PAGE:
Diboron tetrafluoride


Diboron tetrafluoride
Stick model of diboron tetrafluoride
Space-filling model of the diboron tetrafluoride molecule
Preferred IUPAC name
Diboron tetrafluoride
Systematic IUPAC name
  • 13965-73-6
3D model (JSmol)
  • Interactive image
  • 123165
  • 139653
  • DTXSID80161143 Edit this at Wikidata
  • InChI=1S/B2F4/c3-1(4)2(5)6
  • FB(F)B(F)F
Molar mass 97.616 g/mol
Appearance Colorless gas
Density 4.3 kg/m3 (gas)
Melting point −56 °C (−69 °F; 217 K)
Boiling point −34 °C (−29 °F; 239 K)
79.1 J/mol K
317.3 J/mol K
-1440.1 kJ/mol
-1410.4 kJ/mol
Except where otherwise noted, data are given for materials in their standard state (at 25 °C [77 °F], 100 kPa).
Infobox references

Diboron tetrafluoride is the inorganic compound with the formula (BF2)2. A colorless gas, the compound has a halflife of days at room temperature. It is the most stable of the diboron tetrahalides.[1]

Structure and bonding

Diboron tetrafluoride is a planar molecule with a B-B bond distance of 172 pm.[1] Although it is electron-deficient, the unsaturated boron centers are stabilized by pi-bonding with the terminal fluoride ligands. The compound is isoelectronic with oxalate.

Synthesis and reactions

Diboron tetrafluoride can be formed by treating boron monofluoride with boron trifluoride at low temperatures, taking care not to form higher polymers.[2]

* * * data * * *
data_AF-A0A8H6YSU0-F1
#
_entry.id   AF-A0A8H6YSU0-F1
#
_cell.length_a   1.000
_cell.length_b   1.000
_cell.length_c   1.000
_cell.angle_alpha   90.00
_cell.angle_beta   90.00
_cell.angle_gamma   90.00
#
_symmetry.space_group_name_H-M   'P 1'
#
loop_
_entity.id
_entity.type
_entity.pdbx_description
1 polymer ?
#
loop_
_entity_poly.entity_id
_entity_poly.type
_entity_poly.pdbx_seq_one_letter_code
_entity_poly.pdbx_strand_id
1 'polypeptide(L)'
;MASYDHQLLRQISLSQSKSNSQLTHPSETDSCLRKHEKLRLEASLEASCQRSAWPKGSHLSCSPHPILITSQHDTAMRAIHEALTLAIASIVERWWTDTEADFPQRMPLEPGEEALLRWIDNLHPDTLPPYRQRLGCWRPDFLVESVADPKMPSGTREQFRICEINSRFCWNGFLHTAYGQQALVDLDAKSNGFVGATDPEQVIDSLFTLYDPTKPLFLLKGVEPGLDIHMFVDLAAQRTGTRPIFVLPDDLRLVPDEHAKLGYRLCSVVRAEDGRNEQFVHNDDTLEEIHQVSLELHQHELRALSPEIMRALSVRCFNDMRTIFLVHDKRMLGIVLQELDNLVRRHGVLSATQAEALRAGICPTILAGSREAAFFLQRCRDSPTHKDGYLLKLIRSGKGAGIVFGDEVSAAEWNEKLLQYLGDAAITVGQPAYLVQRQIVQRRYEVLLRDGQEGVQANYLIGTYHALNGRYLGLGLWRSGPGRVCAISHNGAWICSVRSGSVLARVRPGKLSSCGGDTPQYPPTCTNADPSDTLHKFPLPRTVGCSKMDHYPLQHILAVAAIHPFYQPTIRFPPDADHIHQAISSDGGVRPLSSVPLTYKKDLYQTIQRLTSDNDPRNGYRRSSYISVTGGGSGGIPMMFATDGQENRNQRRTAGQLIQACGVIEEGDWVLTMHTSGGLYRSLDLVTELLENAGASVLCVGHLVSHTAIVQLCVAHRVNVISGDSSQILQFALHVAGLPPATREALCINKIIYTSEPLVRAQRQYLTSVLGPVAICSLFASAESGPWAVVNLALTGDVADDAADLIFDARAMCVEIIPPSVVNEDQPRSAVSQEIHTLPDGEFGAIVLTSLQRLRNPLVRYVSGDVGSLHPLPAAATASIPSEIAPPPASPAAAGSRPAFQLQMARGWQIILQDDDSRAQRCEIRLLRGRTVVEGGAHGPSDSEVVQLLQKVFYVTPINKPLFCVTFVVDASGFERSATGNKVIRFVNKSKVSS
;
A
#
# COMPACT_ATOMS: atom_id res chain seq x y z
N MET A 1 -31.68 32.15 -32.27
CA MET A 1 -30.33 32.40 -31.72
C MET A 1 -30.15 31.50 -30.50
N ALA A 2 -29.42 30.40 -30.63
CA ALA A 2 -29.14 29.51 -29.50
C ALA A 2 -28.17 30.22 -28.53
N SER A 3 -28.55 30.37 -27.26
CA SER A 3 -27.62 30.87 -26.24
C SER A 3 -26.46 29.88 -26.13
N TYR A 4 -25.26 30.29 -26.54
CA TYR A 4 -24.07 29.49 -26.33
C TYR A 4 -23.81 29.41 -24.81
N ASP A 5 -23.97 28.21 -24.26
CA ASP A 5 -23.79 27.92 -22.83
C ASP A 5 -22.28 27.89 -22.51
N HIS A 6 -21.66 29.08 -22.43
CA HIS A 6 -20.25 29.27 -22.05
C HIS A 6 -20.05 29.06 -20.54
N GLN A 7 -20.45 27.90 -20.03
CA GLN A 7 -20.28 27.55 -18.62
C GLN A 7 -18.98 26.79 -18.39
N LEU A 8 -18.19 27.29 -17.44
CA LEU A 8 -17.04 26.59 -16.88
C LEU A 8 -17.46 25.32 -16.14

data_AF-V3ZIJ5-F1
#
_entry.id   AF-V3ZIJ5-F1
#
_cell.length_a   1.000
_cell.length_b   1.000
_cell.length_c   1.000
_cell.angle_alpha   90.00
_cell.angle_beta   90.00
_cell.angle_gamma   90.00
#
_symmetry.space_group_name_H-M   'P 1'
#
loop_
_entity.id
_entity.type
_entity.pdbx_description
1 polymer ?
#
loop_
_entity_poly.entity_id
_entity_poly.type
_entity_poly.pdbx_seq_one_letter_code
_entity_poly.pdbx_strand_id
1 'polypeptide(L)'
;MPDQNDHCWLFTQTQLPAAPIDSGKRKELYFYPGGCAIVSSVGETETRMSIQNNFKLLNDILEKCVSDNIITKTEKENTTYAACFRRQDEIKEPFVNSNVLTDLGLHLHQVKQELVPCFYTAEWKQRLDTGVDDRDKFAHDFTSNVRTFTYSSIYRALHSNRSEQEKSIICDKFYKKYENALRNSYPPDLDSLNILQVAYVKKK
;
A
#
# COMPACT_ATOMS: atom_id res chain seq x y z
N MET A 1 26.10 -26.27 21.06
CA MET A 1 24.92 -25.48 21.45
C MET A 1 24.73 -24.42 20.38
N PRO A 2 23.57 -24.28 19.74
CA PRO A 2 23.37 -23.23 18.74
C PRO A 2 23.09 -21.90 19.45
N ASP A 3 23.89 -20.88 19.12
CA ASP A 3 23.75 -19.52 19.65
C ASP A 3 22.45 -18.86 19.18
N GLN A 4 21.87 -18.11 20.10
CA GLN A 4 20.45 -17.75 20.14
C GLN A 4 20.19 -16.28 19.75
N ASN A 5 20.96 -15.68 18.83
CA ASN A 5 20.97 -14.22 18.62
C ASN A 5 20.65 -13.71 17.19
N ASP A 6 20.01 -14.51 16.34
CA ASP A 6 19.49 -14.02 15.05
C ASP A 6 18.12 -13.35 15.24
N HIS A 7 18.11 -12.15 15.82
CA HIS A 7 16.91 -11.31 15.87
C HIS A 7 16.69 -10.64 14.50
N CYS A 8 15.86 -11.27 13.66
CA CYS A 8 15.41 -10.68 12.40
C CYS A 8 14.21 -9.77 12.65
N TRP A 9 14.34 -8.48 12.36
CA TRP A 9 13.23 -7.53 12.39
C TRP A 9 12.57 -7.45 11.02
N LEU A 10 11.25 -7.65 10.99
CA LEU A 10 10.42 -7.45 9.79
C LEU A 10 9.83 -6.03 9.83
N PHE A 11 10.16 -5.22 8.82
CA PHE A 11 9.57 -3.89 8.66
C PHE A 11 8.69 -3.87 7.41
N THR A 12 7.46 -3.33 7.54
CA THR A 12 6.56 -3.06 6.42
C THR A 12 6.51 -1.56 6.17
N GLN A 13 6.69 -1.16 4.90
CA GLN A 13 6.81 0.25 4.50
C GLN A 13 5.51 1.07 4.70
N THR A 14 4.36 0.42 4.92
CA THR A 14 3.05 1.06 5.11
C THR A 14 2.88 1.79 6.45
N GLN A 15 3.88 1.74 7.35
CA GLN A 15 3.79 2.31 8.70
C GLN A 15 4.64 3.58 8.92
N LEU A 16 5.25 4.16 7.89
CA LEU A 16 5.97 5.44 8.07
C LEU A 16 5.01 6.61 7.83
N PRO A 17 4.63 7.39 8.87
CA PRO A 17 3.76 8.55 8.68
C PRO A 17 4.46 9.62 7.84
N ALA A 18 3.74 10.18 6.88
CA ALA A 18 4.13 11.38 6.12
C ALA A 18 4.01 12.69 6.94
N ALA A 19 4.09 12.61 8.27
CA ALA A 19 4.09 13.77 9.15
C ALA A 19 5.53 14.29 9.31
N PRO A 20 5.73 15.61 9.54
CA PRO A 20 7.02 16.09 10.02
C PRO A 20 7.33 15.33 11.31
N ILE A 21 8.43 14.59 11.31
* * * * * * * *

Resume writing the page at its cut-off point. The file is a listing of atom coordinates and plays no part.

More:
Addition of diboron tetrafluoride to Vaska's complex was employed to produce an early example of a transition metal boryl complex:[3]

2 B2F4 + IrCl(CO)(PPh3)2 → Ir(BF2)3(CO)(PPh3)2 + ClBF2

Historical literature

  • Louis Trefonas and William N. Lipscomb (1958). "Crystal and Molecular Structure of Diboron Tetrafluoride, B2F4". J. Chem. Phys. 28 (1): 54–55. doi:10.1063/1.1744079.
  • Gayles, J. N.; Self, J. (1964). "Infrared Spectrum of Diboron Tetrafluoride in the Gaseous and Solid States". Journal of Chemical Physics. 40 (12): 3530–3539. doi:10.1063/1.1725048.
  • Arthur Finch and Hermann Irving Schlesinger (1958). "Diboron Tetrafluoride". J. Am. Chem. Soc. 80 (14): 3573–3574. doi:10.1021/ja01547a020.
  • A. K. Holliday; F. B. Taylor (1964). "Diboron tetrafluoride. Part II. Reactions with some oxides and organometallic compounds". J. Chem. Soc.: 2731–2734. doi:10.1039/JR9640002731.
  • Vernon H. Dibeler; Susan K. Liston (1968). "Mass-spectrometric study of photoionization. XII. Boron trifluoride and diboron tetrafluoride". J. Chem. Soc. 7 (9): 1742–1746. doi:10.1021/ic50067a010.


  1. ^ a b Greenwood, Norman N.; Earnshaw, Alan (1997). Chemistry of the Elements (2nd ed.). Butterworth-Heinemann. ISBN 978-0-08-037941-8.
  2. ^ P. L. Timms (1972). Low Temperature Condensation. Advances in Inorganic Chemistry and Radiochemistry. p. 143. ISBN 0-12-023614-1.
  3. ^ Neeve, Emily C.; Geier, Stephen J.; Mkhalid, Ibraheem A. I.; Westcott, Stephen A.; Marder, Todd B. (2016). "Diboron(4) Compounds: From Structural Curiosity to Synthetic Workhorse". Chemical Reviews. 116 (16): 9091–9161. doi:10.1021/acs.chemrev.6b00193. PMID 27434758.

External links

  • Diboron tetrafluoride at webelements